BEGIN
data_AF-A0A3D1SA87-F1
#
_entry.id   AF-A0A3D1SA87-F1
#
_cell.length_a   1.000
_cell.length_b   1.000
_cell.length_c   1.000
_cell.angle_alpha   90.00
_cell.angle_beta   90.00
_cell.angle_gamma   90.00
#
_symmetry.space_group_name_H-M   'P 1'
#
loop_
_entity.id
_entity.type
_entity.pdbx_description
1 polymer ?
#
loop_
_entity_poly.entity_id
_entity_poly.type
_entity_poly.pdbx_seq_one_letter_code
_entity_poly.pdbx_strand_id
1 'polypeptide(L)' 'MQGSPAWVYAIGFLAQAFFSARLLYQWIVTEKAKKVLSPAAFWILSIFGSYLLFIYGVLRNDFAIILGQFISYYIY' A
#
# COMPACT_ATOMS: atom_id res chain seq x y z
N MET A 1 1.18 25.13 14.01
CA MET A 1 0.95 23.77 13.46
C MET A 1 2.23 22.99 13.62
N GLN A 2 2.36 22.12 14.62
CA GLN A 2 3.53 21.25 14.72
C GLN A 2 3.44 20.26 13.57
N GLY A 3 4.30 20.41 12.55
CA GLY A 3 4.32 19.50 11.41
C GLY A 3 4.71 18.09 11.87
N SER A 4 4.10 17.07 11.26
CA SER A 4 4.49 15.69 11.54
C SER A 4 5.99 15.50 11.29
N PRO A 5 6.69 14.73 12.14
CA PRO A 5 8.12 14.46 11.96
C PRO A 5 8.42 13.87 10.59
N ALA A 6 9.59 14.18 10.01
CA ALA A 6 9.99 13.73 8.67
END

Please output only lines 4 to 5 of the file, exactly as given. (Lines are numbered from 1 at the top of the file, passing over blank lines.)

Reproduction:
#
_cell.length_a   1.000